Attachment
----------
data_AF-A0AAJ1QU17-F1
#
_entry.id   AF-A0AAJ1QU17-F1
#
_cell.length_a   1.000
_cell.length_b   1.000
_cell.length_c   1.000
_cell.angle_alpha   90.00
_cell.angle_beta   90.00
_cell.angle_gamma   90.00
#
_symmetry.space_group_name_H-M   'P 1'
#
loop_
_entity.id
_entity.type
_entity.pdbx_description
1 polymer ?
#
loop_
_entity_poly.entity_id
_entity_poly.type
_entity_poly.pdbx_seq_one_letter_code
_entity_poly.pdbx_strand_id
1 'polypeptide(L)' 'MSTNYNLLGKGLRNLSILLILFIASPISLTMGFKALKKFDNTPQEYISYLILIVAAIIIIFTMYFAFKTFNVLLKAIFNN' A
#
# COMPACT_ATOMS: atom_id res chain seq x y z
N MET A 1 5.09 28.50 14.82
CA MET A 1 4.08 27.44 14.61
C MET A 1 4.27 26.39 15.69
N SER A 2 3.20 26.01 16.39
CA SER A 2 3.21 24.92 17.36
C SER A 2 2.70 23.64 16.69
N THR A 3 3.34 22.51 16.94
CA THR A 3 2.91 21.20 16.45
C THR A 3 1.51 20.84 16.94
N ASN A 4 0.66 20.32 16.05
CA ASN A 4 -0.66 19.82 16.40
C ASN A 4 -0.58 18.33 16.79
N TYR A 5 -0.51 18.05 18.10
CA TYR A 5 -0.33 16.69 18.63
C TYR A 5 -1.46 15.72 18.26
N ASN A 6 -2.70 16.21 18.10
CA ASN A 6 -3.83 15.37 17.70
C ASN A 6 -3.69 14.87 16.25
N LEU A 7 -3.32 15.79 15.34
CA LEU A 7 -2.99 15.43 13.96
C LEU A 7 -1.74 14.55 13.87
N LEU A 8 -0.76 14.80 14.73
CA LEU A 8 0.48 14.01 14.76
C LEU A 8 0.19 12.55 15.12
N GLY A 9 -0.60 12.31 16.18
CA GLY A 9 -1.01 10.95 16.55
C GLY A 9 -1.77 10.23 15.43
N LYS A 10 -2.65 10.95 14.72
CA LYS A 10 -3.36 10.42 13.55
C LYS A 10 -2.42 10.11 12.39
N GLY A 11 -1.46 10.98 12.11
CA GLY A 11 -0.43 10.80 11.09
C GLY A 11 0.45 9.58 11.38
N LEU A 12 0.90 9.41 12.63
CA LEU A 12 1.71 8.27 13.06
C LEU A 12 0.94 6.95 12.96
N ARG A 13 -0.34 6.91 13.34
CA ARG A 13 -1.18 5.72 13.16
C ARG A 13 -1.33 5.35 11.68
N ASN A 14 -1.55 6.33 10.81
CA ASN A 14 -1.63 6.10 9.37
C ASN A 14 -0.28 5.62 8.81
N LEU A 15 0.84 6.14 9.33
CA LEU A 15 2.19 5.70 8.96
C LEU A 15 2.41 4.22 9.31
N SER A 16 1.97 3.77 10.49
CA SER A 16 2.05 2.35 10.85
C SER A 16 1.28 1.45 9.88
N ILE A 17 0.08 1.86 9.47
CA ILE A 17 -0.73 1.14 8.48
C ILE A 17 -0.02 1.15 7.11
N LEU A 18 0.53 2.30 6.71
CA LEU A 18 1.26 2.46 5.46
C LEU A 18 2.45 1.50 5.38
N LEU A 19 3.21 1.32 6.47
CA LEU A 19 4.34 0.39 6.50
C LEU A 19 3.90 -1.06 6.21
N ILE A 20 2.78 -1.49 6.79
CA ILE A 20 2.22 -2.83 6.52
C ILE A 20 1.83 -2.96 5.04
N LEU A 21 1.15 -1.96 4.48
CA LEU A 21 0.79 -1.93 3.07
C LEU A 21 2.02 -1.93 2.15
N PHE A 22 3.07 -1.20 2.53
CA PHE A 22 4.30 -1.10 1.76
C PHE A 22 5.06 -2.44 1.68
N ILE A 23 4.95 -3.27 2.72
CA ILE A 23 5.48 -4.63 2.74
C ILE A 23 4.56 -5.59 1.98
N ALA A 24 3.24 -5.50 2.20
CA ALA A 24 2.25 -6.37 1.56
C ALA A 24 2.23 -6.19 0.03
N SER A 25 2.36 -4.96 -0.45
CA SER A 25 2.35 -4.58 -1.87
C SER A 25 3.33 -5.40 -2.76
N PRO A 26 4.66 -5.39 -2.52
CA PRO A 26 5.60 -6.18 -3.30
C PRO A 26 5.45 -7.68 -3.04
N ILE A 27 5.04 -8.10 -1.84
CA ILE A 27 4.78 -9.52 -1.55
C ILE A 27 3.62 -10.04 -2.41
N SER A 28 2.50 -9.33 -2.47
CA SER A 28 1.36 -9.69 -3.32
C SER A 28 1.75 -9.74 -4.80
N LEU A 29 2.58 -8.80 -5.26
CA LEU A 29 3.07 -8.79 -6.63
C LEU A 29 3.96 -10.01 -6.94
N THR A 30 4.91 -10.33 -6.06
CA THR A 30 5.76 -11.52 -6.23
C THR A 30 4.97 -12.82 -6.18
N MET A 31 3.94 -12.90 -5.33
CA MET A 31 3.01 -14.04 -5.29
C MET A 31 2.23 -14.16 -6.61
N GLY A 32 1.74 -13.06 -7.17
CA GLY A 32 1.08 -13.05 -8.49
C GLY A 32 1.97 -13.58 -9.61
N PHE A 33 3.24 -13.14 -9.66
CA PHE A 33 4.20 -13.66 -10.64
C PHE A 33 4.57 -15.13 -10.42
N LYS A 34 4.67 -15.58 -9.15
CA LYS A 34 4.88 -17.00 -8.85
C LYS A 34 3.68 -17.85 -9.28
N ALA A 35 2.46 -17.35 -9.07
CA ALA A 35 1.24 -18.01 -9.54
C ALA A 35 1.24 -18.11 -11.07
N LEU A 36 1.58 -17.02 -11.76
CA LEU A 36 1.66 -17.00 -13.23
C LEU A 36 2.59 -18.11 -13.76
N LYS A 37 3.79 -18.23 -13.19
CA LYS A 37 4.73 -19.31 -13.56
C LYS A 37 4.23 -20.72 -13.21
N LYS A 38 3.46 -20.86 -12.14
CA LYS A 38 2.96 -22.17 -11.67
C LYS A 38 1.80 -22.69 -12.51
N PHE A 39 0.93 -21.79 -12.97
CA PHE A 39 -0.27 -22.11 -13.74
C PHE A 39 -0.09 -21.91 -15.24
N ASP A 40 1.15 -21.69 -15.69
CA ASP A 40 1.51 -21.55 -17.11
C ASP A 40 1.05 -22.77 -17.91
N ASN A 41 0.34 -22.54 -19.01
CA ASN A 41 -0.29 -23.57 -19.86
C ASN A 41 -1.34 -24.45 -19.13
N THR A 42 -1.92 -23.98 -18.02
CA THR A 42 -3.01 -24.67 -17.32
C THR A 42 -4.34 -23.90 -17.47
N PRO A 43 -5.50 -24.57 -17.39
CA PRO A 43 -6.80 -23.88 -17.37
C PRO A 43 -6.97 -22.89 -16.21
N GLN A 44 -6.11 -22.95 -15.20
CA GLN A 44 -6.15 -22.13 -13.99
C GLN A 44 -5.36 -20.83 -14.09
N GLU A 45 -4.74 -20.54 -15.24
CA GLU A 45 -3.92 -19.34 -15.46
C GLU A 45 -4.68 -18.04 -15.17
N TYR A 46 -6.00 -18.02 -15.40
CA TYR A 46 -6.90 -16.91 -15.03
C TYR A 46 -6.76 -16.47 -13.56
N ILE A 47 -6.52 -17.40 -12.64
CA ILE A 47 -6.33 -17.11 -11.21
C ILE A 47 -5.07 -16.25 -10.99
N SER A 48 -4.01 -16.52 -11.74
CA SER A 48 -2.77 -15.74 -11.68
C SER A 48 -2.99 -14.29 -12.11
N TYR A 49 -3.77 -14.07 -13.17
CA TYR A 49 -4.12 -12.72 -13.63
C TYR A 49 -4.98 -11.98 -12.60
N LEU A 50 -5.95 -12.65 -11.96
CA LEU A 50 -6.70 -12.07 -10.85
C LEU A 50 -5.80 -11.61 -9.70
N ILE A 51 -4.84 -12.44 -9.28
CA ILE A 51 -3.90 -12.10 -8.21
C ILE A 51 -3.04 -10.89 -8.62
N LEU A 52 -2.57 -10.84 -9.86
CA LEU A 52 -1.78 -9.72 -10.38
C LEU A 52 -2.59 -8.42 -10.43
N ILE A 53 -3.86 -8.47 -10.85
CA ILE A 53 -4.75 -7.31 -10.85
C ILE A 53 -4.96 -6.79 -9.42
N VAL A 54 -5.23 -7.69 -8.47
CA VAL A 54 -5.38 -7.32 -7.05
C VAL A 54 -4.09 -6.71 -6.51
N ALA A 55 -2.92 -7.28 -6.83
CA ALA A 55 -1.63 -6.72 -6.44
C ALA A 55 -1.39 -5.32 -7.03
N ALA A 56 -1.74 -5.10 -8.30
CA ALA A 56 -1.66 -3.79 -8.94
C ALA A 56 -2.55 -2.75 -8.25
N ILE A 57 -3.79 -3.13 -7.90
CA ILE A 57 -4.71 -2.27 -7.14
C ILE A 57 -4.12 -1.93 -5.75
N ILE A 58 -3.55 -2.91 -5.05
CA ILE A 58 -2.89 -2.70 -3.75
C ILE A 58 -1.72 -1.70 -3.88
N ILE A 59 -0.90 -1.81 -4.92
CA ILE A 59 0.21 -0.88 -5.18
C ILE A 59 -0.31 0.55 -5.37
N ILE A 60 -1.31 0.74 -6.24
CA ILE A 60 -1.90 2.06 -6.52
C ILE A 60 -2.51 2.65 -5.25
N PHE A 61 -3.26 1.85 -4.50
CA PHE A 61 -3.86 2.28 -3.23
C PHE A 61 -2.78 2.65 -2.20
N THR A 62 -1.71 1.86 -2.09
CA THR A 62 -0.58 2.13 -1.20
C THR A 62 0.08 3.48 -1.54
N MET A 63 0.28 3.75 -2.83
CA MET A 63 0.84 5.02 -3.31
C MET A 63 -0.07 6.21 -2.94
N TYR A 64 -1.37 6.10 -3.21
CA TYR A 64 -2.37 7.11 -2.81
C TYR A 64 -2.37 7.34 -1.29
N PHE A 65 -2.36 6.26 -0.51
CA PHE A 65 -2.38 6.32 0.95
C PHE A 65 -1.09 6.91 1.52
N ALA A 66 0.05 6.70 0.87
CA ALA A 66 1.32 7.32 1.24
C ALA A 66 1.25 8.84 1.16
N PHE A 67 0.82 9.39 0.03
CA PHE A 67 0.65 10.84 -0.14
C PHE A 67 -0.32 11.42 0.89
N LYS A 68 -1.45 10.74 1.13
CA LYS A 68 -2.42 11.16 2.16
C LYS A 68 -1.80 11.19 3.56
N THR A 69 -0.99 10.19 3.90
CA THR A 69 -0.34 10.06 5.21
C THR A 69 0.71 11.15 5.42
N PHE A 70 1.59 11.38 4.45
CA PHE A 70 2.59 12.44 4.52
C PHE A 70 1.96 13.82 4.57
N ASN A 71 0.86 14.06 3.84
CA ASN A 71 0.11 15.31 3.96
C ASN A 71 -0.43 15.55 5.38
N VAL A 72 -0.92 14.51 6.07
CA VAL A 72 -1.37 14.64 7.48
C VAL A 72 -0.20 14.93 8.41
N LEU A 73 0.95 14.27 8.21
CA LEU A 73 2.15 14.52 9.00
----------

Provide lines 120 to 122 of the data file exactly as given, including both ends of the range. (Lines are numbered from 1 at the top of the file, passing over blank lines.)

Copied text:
C MET A 31 2.23 -14.16 -6.61
N GLY A 32 1.74 -13.06 -7.17
CA GLY A 32 1.08 -13.05 -8.49